assignments are due before the beginning of class on the day they are
due. Note that many of the assignments require check-off by the
instructor or TA before the start of class.
Your final grade will be composed of a number of components. These
There will be a number of homeworks assigned throughout the semester.
These will typically have both questions and programming components.
Most often these will require demonstrating the final operation to the
instructor or TA before the assignment is due during one of their
regularly scheduled office hours, so please plan accordingly.
These are individual assignments. It is ok to discuss concepts
behind the problems in the homeworks with classmates, however, you
cannot do them together. If you do discuss problems with classmates
or other people, you must acknowledge this on the assignment (this
will not lead to any grade reduction). As a metric for what level of
discussion is allowed, it is ok to meet and talk over coffee about the
assignment. It is not ok to show someone your solution or to work on
the details of the problems together. In addition, you should not
take notes while discussing the problems. If in doubt, ask the
instructor or TA questions about assignments.
Late homeworks will not be accepted.
In Class Labs
There will be a number of small group assignments that will be done
during class times. Some labs may have small components that must be
performed individually before the start of lab. Groups will be
randomly assigned at the start of class. Your group will be graded
based on what you are able to successfully accomplish during class.
Homework assignments will often build on these mini-labs. If you are
not in class or are not properly prepared for the lab, you will
receive a zero for that lab.
There will be two projects in this class that will build on and
combine the components you develop in your homeworks. The projects
will involve an in-class competition where you compete with your
classmates to accomplish a task. In addition, there will be an
associated project report. The first project/competition will be due
in the middle of the semester. The second project/competition will be
due the last week of classes. Additional details will be announced in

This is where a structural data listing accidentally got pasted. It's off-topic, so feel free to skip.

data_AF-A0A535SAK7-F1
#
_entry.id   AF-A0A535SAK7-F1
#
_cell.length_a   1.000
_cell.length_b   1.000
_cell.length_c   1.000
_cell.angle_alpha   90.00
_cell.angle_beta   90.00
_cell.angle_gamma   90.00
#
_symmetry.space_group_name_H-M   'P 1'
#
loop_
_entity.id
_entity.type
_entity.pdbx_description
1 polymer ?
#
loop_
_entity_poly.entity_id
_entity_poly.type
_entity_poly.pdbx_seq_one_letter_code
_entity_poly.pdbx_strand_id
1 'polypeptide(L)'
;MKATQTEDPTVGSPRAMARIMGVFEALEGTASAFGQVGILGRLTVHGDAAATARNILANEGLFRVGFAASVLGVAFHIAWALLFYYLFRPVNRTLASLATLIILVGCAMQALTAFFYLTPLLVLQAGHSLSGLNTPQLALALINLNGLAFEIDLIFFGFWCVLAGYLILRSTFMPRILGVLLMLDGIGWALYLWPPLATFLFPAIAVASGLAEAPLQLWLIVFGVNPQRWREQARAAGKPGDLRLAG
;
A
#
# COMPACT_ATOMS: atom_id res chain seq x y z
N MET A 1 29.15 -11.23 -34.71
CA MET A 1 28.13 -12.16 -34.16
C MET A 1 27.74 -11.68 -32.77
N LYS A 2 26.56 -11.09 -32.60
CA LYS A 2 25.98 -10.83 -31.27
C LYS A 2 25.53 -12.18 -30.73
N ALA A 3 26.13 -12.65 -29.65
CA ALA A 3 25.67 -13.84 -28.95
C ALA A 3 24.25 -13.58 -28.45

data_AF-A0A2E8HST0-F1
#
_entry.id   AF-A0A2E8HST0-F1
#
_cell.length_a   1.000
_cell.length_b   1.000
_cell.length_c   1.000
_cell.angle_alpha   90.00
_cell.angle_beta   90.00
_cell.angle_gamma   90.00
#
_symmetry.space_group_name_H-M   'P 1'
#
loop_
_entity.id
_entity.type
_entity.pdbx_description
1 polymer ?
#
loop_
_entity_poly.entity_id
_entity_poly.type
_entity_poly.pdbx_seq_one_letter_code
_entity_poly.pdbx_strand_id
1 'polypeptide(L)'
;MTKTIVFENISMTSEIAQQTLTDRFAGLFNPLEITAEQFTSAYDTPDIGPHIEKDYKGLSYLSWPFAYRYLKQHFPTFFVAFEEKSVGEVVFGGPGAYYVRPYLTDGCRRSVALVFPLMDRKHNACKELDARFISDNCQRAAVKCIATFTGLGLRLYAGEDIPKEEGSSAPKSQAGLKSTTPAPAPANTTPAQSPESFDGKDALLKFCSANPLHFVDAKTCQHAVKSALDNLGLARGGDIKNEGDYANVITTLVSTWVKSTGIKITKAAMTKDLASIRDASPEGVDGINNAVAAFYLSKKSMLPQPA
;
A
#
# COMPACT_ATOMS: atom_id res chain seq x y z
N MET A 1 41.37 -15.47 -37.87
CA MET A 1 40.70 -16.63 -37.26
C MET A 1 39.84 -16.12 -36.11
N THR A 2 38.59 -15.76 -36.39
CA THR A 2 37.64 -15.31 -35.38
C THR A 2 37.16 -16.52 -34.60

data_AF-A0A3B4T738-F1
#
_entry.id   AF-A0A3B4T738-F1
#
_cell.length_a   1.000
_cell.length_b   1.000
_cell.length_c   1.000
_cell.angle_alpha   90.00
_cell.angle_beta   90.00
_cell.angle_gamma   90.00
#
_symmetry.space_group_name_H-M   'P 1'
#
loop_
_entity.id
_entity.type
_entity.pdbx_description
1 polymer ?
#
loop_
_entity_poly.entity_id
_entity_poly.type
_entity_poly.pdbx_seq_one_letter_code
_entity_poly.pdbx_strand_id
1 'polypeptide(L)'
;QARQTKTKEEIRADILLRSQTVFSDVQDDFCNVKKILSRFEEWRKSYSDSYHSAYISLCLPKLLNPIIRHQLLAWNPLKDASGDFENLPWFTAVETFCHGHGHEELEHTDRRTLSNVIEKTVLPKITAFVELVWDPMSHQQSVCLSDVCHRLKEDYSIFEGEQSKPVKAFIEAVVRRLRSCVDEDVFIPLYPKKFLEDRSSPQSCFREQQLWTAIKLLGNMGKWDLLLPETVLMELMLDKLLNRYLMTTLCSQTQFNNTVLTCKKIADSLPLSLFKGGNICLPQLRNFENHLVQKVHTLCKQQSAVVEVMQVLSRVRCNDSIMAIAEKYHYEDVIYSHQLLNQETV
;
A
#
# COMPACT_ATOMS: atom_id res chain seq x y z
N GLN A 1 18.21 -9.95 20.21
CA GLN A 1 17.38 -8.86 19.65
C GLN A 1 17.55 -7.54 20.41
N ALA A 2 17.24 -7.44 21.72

Students are encouraged to attend all classes. Absences will likely
lead to a reduction in the class participation grade. In addition,
missing an in-class lab, exam, or project competition will result in a
zero for that assignment and being absent is not an excuse for not
turning in an assignment.
In very rare cases the instructor may make an exception to this policy
in case of an illness or family emergency if acceptable written
evidence is given and you notify me as soon as possible. Even if you
are sick or leaving town on short notice you should be able to have a
friend notify me that you will be missing class or an assignment.
University Writing Center
The University of Nebraska-Lincoln Writing Center can provide you with
meaningful support as you write for this class as well as for every
course in which you enroll. Trained peer consultants are available to
talk with you as you plan, draft, and revise your writing. Please
check the Writing Center website (http://www.unl.edu/writing/) for
locations, hours, and information about scheduling appointments.
CSE and UNL Policies
The CSE Department has a Student Resource Center in Avery 13A
(http://cse.unl.edu/src) where you can go for assistance with
any of your courses.
All students enrolled in any computer science course is bound by the
Computer Science and Engineering academic integrity policy:
|Percentage ||Assignment |
|25% ||Homeworks |
|15% ||In-class Labs and Participation|
|15% ||Exam 1 |
|15% ||Exam 2 |
|15% ||Project 1|
|15% ||Project 2|
You are expected to read, understand, and follow this policy.
For this course, do not plagiarize (writing or code) and make sure to
properly cite any sources you use. Any cheating or plagiarism will be
reported to the Chair of your department and your Dean, and will
result in an F for the course.
The CSE Department has an anonymous suggestion box:
that you may use to voice your concerns about any problems in the
course or department if you do not wish to be identified.
Students with disabilities are encouraged to contact the instructor
for a confidential discussion of their individual needs for academic
accommodation. It is the policy of the University of Nebraska-Lincoln
to provide flexible and individualized accommodation to students with
documented disabilities that may affect their ability to fully
participate in course activities or to meet course requirements. To
receive accommodation services, students must be registered with the
Services for Students with Disabilities (SSD) office, 132 Canfield
Administration, 472-3787 voice or TTY.
File translated from
On 11 Jan 2014, 15:42.